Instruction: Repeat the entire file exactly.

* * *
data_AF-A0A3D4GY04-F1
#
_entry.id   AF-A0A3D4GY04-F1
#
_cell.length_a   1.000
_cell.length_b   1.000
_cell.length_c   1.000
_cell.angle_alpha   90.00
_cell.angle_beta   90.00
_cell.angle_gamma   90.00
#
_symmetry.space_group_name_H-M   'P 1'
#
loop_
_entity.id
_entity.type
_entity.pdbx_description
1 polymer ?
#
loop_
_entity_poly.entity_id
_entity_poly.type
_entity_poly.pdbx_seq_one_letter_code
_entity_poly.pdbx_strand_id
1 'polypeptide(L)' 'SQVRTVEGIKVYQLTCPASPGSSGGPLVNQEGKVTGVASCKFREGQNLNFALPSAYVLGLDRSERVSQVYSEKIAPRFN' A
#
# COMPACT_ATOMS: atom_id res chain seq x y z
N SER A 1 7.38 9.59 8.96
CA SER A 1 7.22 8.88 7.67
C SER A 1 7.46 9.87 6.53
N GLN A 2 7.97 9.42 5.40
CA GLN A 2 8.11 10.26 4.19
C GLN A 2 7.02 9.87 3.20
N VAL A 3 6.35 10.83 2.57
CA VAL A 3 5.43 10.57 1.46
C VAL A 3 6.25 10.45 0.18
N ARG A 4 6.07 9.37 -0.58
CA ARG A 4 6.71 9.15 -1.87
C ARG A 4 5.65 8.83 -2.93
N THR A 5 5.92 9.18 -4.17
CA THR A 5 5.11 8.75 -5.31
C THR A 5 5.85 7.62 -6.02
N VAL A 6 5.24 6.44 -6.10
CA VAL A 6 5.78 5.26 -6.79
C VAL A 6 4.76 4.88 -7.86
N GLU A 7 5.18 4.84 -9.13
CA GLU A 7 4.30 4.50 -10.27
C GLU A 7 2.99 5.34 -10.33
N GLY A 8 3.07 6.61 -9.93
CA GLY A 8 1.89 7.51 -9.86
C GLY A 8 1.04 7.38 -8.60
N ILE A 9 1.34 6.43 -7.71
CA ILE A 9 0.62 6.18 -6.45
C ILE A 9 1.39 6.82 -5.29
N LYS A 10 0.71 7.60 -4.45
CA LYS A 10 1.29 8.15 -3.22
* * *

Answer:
data_AF-A0A3D4GY04-F1
#
_entry.id   AF-A0A3D4GY04-F1
#
_cell.length_a   1.000
_cell.length_b   1.000
_cell.length_c   1.000
_cell.angle_alpha   90.00
_cell.angle_beta   90.00
_cell.angle_gamma   90.00
#
_symmetry.space_group_name_H-M   'P 1'
#
loop_
_entity.id
_entity.type
_entity.pdbx_description
1 polymer ?
#
loop_
_entity_poly.entity_id
_entity_poly.type
_entity_poly.pdbx_seq_one_letter_code
_entity_poly.pdbx_strand_id
1 'polypeptide(L)' 'SQVRTVEGIKVYQLTCPASPGSSGGPLVNQEGKVTGVASCKFREGQNLNFALPSAYVLGLDRSERVSQVYSEKIAPRFN' A
#
# COMPACT_ATOMS: atom_id res chain seq x y z
N SER A 1 7.38 9.59 8.96
CA SER A 1 7.22 8.88 7.67
C SER A 1 7.46 9.87 6.53
N GLN A 2 7.97 9.42 5.40
CA GLN A 2 8.11 10.26 4.19
C GLN A 2 7.02 9.87 3.20
N VAL A 3 6.35 10.83 2.57
CA VAL A 3 5.43 10.57 1.46
C VAL A 3 6.25 10.45 0.18
N ARG A 4 6.07 9.37 -0.58
CA ARG A 4 6.71 9.15 -1.87
C ARG A 4 5.65 8.83 -2.93
N THR A 5 5.92 9.18 -4.17
CA THR A 5 5.11 8.75 -5.31
C THR A 5 5.85 7.62 -6.02
N VAL A 6 5.24 6.44 -6.10
CA VAL A 6 5.78 5.26 -6.79
C VAL A 6 4.76 4.88 -7.86
N GLU A 7 5.18 4.84 -9.13
CA GLU A 7 4.30 4.50 -10.27
C GLU A 7 2.99 5.34 -10.33
N GLY A 8 3.07 6.61 -9.93
CA GLY A 8 1.89 7.51 -9.86
C GLY A 8 1.04 7.38 -8.60
N ILE A 9 1.34 6.43 -7.71
CA ILE A 9 0.62 6.18 -6.45
C ILE A 9 1.39 6.82 -5.29
N LYS A 10 0.71 7.60 -4.45
CA LYS A 10 1.29 8.15 -3.22